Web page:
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Venezuela's PDVSA seeks to barter its oil with India

Reuters  |  NEW DELHI 

By and Sudarshan Varadhan

(Reuters) - is open to barter payment arrangements with as it seeks workarounds to U.S. sanctions imposed in late January, Venezuelan said on Monday.

Caracas, which buys medicines and other products from India, is looking for alternative payment methods to keep flowing to what is now its first destination for crude exports after its U.S. customers froze purchases due to sanctions. Quevedo said he wants to double sales to India, which last year bought more than 340,000 barrels per day (bpd) from

"The relationships with will continue, the trade will continue," Quevedo said, adding that wanted to expand trade in services and technology with

The told reporters during a conference that Venezuela aimed to double supplies to from 300,000 bpd now. Before sanctions, the bought more than 500,000 bpd, making it Venezuela's largest buyer.

"India also wants to increase the intake," Quevedo said after a meeting with Indian refiners in

The on Jan. 28 issued its toughest sanctions yet against PDVSA, barring companies based in Venezuela and U.S. subsidiaries from transferring proceeds of to PDVSA's until a new government being formed by sets up new foreign accounts.

and Nayara Energy, partly owned by Russia's Rosneft, both buy Venezuelan oil. Reliance is one of PDVSA's largest cash payers and a to Venezuela through its U.S. unit RIL, according to internal trade records from the state-run company.

Last year, Reliance and Nayara jointly imported 344,100 bpd of Venezuelan crude, down 13 percent from 2017, according to ship tracking data reviewed by But India last year remained Venezuela's second largest destination for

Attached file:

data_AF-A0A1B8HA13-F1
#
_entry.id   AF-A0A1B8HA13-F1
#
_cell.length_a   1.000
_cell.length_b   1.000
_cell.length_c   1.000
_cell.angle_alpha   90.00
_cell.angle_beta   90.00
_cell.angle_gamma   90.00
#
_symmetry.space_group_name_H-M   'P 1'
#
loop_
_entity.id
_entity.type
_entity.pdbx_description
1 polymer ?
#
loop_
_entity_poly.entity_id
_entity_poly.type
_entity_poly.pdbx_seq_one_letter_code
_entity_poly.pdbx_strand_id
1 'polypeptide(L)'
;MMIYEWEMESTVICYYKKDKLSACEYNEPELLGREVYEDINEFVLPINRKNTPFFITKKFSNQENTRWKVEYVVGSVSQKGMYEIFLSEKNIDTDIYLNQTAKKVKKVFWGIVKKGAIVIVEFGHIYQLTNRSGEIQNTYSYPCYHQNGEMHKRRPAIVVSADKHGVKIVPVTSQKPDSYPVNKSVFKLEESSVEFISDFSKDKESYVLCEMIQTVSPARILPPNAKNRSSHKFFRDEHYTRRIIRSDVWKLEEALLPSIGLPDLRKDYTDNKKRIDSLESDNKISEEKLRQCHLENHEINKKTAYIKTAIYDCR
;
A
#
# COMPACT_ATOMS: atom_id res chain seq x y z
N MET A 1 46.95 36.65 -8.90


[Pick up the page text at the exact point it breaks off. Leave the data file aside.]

Barter deals could help India balance its trade with Venezuela. In fiscal 2017/18, India's imports from Venezuela were worth $5.87 billion while its exports were $79.3 million, Indian trade ministry data showed.

The said Venezuela's was now 1.57 million bpd, about half its level at the start of the century. Secondary sources estimate production is about 1.2 million bpd.

Quevedo, whose country holds the rotating presidency of the Organization of the Petroleum Exporting Countries, said it was important to listen to as OPEC and other producers sought to balance supply and demand in the market.

The minister said U.S. sanctions meant Venezuela had lost $20 billion in revenues. He did not give a time frame.

Guaido, who proclaimed himself last month in a move recognised by the and some of its allies, is trying to obtain income accrued by PDVSA's U.S. refining subsidiary, Citgo Petroleum Corp.

In response, is taking steps to remove at least two American executives from Citgo's board of directors, sources familiar with the matter told

"U.S. exercises kidnapping of resources around the world. ... It is financial persecution. Now they want to steal Citgo Petroleum from Venezuela," Quevedo said, confirming Venezuela's efforts to remove the two U.S. executives from the board.

Despite U.S. sanctions, Quevedo said there was no shortage of gasoline in Venezuela and said the country's relations with international companies continued.

"We have strategic association with several companies around the world," he said, adding that one of those was U.S. company .

(Reporting by and Sudarshan in NEW DELHI; additional reporting by Marianna Parraga in Mexico City; Editing by Tom Hogue, and Jonathan Oatis)

(This story has not been edited by Business Standard staff and is auto-generated from a syndicated feed.)

First Published: Mon, February 11 2019. 23:59 IST